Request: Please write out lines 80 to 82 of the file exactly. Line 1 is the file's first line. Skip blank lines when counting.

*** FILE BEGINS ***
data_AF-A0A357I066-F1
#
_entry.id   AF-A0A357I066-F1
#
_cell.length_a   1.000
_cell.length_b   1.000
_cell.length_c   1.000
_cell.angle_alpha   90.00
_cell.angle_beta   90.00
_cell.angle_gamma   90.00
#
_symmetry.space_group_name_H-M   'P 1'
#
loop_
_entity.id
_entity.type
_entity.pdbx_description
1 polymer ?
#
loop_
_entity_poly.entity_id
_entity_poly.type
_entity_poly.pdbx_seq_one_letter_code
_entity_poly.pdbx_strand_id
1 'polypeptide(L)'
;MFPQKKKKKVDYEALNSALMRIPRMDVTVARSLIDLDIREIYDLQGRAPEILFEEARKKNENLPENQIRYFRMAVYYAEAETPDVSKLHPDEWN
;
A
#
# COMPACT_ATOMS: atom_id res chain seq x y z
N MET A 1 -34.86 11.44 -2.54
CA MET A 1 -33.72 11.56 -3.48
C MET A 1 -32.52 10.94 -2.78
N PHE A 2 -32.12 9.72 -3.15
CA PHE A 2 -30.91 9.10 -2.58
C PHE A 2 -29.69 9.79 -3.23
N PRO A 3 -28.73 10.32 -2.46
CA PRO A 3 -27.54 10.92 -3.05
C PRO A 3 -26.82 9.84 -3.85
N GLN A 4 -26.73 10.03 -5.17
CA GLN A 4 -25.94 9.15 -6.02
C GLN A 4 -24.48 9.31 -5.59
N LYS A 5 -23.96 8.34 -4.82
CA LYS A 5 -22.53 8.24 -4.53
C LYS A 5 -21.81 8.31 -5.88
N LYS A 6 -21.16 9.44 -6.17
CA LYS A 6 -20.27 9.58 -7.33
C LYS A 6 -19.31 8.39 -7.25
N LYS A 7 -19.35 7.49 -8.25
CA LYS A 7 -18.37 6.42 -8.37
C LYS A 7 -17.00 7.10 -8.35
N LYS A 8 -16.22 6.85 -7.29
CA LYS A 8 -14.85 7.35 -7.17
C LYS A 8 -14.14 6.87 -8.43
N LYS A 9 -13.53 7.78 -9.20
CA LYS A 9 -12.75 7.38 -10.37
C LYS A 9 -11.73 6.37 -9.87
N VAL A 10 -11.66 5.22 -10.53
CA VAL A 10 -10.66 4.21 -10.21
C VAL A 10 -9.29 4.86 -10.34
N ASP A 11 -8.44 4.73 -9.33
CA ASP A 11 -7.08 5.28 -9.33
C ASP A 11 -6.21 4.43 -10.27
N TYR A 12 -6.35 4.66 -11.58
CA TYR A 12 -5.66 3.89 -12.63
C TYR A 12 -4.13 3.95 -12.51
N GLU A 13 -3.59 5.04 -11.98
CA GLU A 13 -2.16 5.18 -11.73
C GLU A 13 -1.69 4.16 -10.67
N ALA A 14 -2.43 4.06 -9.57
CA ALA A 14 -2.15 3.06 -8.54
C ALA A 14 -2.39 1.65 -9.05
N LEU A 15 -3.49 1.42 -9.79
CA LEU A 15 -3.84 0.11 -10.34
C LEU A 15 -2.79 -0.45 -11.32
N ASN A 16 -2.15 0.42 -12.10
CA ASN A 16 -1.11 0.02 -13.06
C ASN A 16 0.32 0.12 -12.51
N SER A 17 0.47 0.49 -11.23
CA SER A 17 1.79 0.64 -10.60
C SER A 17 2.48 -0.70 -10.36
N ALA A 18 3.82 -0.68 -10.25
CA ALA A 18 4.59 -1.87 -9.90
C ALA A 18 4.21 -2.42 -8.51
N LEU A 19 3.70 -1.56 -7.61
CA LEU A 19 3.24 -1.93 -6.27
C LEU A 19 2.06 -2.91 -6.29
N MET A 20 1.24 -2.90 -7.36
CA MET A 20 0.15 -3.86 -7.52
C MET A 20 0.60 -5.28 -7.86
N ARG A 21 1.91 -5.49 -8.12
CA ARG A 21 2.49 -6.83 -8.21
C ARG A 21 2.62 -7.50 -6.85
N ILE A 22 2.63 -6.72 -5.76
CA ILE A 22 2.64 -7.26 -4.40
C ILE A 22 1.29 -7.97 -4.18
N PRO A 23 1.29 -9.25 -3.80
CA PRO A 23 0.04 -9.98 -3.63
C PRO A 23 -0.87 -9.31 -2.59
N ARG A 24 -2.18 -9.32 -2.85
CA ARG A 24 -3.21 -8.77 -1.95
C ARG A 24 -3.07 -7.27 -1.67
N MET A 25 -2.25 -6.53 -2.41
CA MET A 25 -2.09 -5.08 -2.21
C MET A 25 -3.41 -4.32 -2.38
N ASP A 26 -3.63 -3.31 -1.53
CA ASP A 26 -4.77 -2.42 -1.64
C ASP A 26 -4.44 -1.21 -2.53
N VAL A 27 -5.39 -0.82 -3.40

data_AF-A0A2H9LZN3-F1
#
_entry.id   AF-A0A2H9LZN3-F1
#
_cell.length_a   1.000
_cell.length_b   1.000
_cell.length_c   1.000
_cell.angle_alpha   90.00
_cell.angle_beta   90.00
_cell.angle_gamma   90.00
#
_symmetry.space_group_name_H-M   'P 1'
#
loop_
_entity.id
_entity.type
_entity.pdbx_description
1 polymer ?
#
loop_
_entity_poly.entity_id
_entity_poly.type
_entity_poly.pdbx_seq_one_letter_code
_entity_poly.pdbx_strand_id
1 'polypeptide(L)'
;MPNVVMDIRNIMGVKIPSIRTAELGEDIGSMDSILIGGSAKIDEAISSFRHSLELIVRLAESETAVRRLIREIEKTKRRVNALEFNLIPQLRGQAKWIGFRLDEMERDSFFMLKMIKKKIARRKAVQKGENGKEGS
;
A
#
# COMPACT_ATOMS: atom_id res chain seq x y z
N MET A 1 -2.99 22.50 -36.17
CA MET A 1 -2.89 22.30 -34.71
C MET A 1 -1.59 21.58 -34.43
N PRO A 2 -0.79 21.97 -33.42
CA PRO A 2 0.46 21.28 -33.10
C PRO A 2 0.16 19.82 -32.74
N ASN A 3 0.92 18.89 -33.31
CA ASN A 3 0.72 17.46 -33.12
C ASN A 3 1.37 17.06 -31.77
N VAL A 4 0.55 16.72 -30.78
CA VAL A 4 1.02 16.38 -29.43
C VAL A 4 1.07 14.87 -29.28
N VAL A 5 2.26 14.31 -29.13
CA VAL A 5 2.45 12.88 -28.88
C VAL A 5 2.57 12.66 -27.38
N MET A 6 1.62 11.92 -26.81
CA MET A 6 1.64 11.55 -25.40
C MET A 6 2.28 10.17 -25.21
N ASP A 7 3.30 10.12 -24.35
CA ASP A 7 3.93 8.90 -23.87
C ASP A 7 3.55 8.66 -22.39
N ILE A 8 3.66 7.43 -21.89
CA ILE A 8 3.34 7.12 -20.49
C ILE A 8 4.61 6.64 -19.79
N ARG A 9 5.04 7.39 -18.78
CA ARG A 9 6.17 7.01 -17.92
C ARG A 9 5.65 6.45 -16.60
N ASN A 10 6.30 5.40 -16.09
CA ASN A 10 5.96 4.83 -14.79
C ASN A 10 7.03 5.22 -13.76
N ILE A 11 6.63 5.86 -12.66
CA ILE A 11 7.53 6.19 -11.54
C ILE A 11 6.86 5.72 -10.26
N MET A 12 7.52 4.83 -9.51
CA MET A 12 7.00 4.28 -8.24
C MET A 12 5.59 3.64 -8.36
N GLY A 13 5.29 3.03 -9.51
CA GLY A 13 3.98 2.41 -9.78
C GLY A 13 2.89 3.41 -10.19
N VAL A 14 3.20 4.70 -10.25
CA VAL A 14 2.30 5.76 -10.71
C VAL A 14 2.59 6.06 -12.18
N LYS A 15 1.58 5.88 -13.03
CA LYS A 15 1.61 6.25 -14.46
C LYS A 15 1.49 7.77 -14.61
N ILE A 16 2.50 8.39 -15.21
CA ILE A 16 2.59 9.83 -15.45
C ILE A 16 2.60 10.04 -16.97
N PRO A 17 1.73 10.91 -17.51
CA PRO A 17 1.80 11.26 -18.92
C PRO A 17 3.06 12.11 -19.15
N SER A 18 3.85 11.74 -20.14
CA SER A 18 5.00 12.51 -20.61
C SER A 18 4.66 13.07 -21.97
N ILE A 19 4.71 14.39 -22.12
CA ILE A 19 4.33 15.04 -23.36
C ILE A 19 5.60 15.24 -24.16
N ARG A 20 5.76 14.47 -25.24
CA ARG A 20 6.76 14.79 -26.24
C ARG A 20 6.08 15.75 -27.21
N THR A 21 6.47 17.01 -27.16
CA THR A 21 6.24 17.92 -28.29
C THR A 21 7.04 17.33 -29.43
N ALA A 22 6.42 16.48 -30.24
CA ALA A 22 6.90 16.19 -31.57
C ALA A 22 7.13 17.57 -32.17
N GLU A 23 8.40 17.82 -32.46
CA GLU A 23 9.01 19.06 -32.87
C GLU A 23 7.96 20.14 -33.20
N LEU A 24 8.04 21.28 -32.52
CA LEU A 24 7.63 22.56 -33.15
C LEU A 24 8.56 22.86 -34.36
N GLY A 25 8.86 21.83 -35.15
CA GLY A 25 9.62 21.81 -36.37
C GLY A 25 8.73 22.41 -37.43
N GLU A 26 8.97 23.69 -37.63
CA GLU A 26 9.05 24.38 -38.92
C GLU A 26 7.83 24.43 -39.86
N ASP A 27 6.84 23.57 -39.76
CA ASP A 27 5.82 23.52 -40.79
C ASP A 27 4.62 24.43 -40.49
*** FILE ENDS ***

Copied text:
CA SER A 17 1.79 0.64 -10.60
C SER A 17 2.48 -0.70 -10.36
N ALA A 18 3.82 -0.68 -10.25